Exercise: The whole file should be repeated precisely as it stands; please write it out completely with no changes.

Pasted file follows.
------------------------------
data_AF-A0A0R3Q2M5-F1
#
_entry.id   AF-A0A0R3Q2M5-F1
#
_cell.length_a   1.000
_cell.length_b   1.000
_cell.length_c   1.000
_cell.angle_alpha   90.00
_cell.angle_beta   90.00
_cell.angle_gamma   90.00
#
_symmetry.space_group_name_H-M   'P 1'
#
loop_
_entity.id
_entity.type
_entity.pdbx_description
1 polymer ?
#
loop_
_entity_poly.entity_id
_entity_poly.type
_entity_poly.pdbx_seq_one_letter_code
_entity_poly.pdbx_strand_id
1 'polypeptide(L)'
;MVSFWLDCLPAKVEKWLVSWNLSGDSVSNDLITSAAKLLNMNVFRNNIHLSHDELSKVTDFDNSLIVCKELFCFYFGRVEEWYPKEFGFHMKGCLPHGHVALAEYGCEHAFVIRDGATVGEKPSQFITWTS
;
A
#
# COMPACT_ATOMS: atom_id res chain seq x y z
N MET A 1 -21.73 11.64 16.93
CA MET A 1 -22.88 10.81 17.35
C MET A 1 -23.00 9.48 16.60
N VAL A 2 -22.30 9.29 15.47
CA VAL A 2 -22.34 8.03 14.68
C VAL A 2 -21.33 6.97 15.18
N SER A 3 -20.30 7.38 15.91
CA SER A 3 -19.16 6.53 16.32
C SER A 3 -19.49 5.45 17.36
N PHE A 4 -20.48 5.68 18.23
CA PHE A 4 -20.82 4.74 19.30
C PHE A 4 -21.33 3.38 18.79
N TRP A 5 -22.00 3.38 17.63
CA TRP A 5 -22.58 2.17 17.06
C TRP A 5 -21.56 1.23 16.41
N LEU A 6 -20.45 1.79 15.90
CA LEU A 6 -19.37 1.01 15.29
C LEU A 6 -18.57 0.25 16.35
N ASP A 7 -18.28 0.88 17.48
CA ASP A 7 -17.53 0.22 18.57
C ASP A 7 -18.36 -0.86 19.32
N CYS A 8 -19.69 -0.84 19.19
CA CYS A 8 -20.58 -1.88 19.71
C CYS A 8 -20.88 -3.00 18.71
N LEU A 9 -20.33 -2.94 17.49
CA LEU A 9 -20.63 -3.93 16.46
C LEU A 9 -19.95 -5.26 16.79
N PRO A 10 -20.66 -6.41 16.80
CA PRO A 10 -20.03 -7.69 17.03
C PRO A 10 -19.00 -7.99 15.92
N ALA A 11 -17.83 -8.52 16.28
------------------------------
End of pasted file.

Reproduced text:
data_AF-A0A0R3Q2M5-F1
#
_entry.id   AF-A0A0R3Q2M5-F1
#
_cell.length_a   1.000
_cell.length_b   1.000
_cell.length_c   1.000
_cell.angle_alpha   90.00
_cell.angle_beta   90.00
_cell.angle_gamma   90.00
#
_symmetry.space_group_name_H-M   'P 1'
#
loop_
_entity.id
_entity.type
_entity.pdbx_description
1 polymer ?
#
loop_
_entity_poly.entity_id
_entity_poly.type
_entity_poly.pdbx_seq_one_letter_code
_entity_poly.pdbx_strand_id
1 'polypeptide(L)'
;MVSFWLDCLPAKVEKWLVSWNLSGDSVSNDLITSAAKLLNMNVFRNNIHLSHDELSKVTDFDNSLIVCKELFCFYFGRVEEWYPKEFGFHMKGCLPHGHVALAEYGCEHAFVIRDGATVGEKPSQFITWTS
;
A
#
# COMPACT_ATOMS: atom_id res chain seq x y z
N MET A 1 -21.73 11.64 16.93
CA MET A 1 -22.88 10.81 17.35
C MET A 1 -23.00 9.48 16.60
N VAL A 2 -22.30 9.29 15.47
CA VAL A 2 -22.34 8.03 14.68
C VAL A 2 -21.33 6.97 15.18
N SER A 3 -20.30 7.38 15.91
CA SER A 3 -19.16 6.53 16.32
C SER A 3 -19.49 5.45 17.36
N PHE A 4 -20.48 5.68 18.23
CA PHE A 4 -20.82 4.74 19.30
C PHE A 4 -21.33 3.38 18.79
N TRP A 5 -22.00 3.38 17.63
CA TRP A 5 -22.58 2.17 17.06
C TRP A 5 -21.56 1.23 16.41
N LEU A 6 -20.45 1.79 15.90
CA LEU A 6 -19.37 1.01 15.29
C LEU A 6 -18.57 0.25 16.35
N ASP A 7 -18.28 0.88 17.48
CA ASP A 7 -17.53 0.22 18.57
C ASP A 7 -18.36 -0.86 19.32
N CYS A 8 -19.69 -0.84 19.19
CA CYS A 8 -20.58 -1.88 19.71
C CYS A 8 -20.88 -3.00 18.71
N LEU A 9 -20.33 -2.94 17.49
CA LEU A 9 -20.63 -3.93 16.46
C LEU A 9 -19.95 -5.26 16.79
N PRO A 10 -20.66 -6.41 16.80
CA PRO A 10 -20.03 -7.69 17.03
C PRO A 10 -19.00 -7.99 15.92
N ALA A 11 -17.83 -8.52 16.28